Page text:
Vianai Systems brings generative AI to investors with 'hila' chat assistant

Vianai Systems brings generative AI to investors with ‘hila’ chat assistant

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Human-centered artificial intelligence firm Vianai Systems Inc. today launched what it says is a first-of-its-kind AI chat assistant for institutional and retail investors, investment banking analysts and other professionals.

The assistant, called “hila,” is available to use for free in beta for a limited time, and Vianai claims that it will set a new standard for conversational AI with its ability to serve a very tangible business need.

Hila is based on a large language model and is designed to address an industry use case that demands extreme accuracy. To that end, hila provides AI-generated insights for investors that are based on reliable and trustworthy data from fully vetted sources, governed by a patent-pending technology that aims to eliminate issues with AI “hallucination,” which is a phenomenon where AI assistants may sometimes fabricate answers in the event they lack the data to provide a factual response.

Vianai said hila’s underlying LLM is trained on verified datasets for S&P 500 firms and the NIFTY 50, including things such as earnings transcripts, financial statements, income statements and balance sheets. The model is continually improved, with new financial data, corporate information and companies added every week. It can be used to surface immediate and actionable insights for investors for use in due diligence, earnings call preparation, investing decisions and more.

There are built-in safeguards, with hila always citing its sources and the text that it draws its insights from, complete with a confidence score for each statement. According to Vianai, this is key because it eliminates the need for analysts to confirm the key insights they’re basing their decisions on.

Andy Thurai, principal analyst and vice president of Constellation Research Inc., told SiliconANGLE that AI has had surprisingly little impact when it comes to analyzing things such as company earnings announcements, conference calls and videos. He said the issue is that most of this information comes from unstructured data, such as video, audio and PDF files.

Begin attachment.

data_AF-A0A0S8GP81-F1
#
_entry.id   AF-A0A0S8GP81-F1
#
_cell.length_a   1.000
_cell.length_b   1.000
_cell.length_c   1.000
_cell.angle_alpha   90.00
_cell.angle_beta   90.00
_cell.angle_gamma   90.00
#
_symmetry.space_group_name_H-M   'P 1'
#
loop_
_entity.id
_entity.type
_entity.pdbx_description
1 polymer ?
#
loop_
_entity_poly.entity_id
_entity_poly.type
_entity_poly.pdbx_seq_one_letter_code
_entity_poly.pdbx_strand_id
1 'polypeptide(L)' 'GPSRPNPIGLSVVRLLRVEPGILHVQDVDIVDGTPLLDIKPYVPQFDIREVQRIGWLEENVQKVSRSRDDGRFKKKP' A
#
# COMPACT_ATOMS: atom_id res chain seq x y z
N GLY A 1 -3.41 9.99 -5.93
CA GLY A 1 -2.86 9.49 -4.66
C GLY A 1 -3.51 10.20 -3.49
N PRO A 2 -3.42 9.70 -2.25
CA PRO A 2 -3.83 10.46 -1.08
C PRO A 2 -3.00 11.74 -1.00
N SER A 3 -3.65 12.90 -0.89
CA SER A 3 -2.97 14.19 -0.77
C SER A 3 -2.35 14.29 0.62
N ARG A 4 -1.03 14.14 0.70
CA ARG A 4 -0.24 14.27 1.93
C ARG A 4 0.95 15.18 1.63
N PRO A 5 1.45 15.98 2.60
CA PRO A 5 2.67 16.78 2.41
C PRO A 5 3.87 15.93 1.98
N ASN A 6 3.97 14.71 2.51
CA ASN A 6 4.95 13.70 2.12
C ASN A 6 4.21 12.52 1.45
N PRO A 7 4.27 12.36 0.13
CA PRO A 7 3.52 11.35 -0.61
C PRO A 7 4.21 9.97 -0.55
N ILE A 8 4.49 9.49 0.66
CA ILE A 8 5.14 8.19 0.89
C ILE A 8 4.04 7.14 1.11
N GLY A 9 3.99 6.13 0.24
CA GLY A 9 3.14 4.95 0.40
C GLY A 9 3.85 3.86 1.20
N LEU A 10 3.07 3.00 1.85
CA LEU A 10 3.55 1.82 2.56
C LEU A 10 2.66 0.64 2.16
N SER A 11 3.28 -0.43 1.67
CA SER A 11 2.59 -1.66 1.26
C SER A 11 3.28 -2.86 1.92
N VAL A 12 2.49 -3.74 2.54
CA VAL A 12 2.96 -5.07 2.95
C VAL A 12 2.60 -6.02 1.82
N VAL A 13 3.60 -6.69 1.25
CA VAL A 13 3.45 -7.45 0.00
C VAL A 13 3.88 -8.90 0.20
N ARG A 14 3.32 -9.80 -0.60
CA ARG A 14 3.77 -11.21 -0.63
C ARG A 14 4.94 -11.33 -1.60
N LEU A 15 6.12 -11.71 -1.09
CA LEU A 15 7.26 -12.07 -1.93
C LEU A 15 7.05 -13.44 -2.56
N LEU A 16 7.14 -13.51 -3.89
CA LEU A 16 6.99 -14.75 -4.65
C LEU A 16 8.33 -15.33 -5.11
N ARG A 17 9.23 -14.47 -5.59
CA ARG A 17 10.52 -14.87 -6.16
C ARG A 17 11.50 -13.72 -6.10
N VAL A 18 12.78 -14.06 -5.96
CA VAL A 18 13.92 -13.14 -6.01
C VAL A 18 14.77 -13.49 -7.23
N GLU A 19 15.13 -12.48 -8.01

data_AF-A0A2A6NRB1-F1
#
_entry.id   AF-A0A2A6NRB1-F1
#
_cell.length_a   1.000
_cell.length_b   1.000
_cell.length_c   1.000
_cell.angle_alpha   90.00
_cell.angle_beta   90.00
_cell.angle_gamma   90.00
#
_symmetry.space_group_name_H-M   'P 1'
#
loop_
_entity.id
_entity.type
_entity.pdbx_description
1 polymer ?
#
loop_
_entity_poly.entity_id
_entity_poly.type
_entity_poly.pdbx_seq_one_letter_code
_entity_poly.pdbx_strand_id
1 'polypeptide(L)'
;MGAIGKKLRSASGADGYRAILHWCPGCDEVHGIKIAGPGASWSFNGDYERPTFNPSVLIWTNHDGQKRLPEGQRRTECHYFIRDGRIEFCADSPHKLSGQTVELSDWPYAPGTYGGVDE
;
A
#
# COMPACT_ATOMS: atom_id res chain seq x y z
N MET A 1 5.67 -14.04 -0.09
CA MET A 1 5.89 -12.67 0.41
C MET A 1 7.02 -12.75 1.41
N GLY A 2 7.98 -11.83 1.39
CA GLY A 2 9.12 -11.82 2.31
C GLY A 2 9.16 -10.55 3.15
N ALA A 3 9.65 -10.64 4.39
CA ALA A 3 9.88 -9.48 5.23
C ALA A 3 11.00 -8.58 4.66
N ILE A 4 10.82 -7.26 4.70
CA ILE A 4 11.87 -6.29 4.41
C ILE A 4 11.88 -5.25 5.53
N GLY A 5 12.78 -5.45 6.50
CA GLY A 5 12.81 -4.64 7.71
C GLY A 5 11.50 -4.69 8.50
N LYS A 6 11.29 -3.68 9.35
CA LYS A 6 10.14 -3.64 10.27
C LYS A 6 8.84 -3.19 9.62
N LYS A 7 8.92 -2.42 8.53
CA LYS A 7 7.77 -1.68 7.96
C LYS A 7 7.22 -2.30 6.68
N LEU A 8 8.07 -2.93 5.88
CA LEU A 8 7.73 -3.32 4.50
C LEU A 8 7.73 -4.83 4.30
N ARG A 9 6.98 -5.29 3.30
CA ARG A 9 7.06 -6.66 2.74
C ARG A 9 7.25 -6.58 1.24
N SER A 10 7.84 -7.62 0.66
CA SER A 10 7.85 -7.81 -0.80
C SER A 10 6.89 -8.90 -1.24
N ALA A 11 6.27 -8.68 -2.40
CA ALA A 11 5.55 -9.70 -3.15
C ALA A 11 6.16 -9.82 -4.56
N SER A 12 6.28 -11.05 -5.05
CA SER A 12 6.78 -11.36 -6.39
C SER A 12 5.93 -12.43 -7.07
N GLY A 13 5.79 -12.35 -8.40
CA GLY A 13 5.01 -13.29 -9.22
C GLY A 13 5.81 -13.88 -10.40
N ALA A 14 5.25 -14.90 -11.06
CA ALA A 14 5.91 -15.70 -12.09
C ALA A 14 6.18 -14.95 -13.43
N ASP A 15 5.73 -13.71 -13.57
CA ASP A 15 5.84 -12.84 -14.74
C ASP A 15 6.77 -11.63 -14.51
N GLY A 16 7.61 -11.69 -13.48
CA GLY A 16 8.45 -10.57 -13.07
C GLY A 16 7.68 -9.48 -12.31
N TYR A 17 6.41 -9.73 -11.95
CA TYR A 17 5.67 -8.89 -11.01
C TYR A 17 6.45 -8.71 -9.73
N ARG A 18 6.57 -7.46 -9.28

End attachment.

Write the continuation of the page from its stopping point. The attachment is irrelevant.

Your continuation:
“Vianai’s hila aims to solve this problem, enabling financial analysts to ask questions about very specific items from call scripts, 10K documents, income statements, cash flow and balance sheets,” Thurai explained. “While hila is still in beta mode, it seems to do a decent job with these kinds of searches. Another benefit is that analysts can upload their own PDFs and search for specific items inside of those.”

Vianai said hila’s reliability is one of the main reasons why it’s already being used by almost 2,000 investors, including analysts from Goldman Sachs Group Inc. and Morgan Stanley & Co. LLC, since its launch in private beta test. Early adopters have been using hila to gauge management sentiment and priorities, identify analyst concerns, ask about quarterly earnings and more.

Mike Ostroff, an analyst with Maverick Capital Ltd., said hila has vastly improved his research process. “I can rapidly search 10-Ks and earnings calls to find if anything related to my thesis is hidden inside,” he said. “More importantly, I can do it quickly without wasting time skimming irrelevant topics or pinpointing key words.

Vianai said it will soon roll out more advanced, premium capabilities for hila, such as the ability to expand its dataset with user-uploaded documents and data.

Image: Vianai Systems

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